Please note: I first wrote the following article in December 2019. I kept making tweaks to it and submitted it a number of places in December, in January, and in February with no takers. I thought about tweaking it to include the COIVD19 crisis, but as is, I think this serves as an important snapshot to how roughContinue reading “A Vision of College Students Today”
Tag Archives: students
Notes on: Homeschooling
COVID19 has presented challenge after challenge. (And let’s not forget that our ever-more evil POTUS knew about its threat and had options to minimize its impact, but chose to ignore them.) For a blog post here, I wanted to briefly discuss homeschooling. I see post after post from people with children–who normally attend public schoolsContinue reading “Notes on: Homeschooling”
The “Big Idea” Gender Studies Syllabus
This is the third installment in my “Big Idea Syllabus” series inspired by Dr. Michael Wesch’s “Big Idea” Syllabus for Anthropology. My “Big Idea” Syllabus for History can be found here, for Writing here. The “Big Idea” Syllabus for Gender Studies follows. Gender is an important, valid field of inquiry, and because women and gender-nonconformingContinue reading “The “Big Idea” Gender Studies Syllabus”
239 visits. 180 hours. Office Hours.
I continue to really love office hours (and even thrive on them!), and I had another semester of wonderful and very busy office hours, even busier than last semester! Here’s the data breakdown for the Fall 2019 semester. (Added 11/29 10:15 AM: Unfortunately, you might not be able to see the full data correctly unlessContinue reading “239 visits. 180 hours. Office Hours.”
Asking Students How They Are Really Doing Should Not Be A Rare Occurrence
Asking students how they are really doing should not be a rare occurrence. For several years now, I have scheduled a day mid-semester for wellness in almost all of my classes because I have seen my students arrive more and more stressed every semester for several years. The results are always amazing. In hopes of encouragingContinue reading “Asking Students How They Are Really Doing Should Not Be A Rare Occurrence”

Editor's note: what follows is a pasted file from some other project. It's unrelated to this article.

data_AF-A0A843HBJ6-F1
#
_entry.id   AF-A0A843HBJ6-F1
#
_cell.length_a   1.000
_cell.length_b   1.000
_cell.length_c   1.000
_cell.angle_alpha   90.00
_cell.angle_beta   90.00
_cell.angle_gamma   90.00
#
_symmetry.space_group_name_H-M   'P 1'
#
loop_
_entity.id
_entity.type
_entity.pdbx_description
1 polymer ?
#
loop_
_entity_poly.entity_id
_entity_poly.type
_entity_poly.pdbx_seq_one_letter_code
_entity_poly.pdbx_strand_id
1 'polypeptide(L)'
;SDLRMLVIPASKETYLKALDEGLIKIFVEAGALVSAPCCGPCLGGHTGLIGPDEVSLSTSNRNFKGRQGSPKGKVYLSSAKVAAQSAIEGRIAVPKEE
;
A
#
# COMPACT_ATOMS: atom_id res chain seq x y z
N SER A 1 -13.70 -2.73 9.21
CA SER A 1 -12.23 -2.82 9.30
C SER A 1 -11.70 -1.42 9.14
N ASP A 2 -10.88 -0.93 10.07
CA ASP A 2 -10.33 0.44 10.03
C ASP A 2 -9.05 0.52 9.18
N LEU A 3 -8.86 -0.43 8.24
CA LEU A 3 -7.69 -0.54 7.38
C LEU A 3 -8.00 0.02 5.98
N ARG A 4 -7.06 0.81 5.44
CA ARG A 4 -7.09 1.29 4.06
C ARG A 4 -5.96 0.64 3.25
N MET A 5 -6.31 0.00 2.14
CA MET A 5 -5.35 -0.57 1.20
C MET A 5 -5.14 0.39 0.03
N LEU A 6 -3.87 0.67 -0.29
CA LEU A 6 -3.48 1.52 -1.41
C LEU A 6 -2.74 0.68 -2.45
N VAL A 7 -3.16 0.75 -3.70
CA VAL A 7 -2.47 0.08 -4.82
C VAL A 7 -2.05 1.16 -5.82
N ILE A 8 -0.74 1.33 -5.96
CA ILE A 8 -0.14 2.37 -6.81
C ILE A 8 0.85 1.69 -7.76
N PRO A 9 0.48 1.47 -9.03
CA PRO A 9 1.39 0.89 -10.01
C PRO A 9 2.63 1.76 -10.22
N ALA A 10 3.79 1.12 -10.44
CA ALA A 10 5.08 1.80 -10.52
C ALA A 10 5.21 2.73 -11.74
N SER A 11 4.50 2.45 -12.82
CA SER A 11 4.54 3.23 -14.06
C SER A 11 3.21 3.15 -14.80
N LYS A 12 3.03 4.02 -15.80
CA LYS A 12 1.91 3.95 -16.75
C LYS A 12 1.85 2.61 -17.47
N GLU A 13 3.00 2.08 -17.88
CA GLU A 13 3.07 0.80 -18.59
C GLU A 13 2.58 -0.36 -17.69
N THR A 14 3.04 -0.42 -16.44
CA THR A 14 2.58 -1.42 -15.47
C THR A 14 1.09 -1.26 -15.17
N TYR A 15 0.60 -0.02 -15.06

122 visits. 74 hours. Office Hours.
I’ve always had busy office hours as discussed here. Invisible Labor is pervasive in our world. People labor in ways that are often unseen, unacknowledged, and/or even unpaid. In order to help counter this, I tracked visits this semester. The results follow. I had 135 students this semester across 5 classes (plus one independent studyContinue reading “122 visits. 74 hours. Office Hours.”
Notes on: Students, Houston, and Sex Trafficking
Conversation today in my Introduction to Women’s Studies class ended up going to the topic of Houston being one of the number one places in the United States for sex trafficking, which I knew about. What I did not know was the extent of the problem and how it touches their everyday life. I hadContinue reading “Notes on: Students, Houston, and Sex Trafficking”
Privilege, Erasure, Cognitive Dissonance
Privilege. Erasure. Cognitive Dissonance. These are just some of the big ideas bouncing around my Frontal Lobe this week. I have three thoughts in particular that I want to share in this article. 1. An under-recognized form of privilege is having a name that can immediately be pronounced correctly, not just by other people but byContinue reading “Privilege, Erasure, Cognitive Dissonance”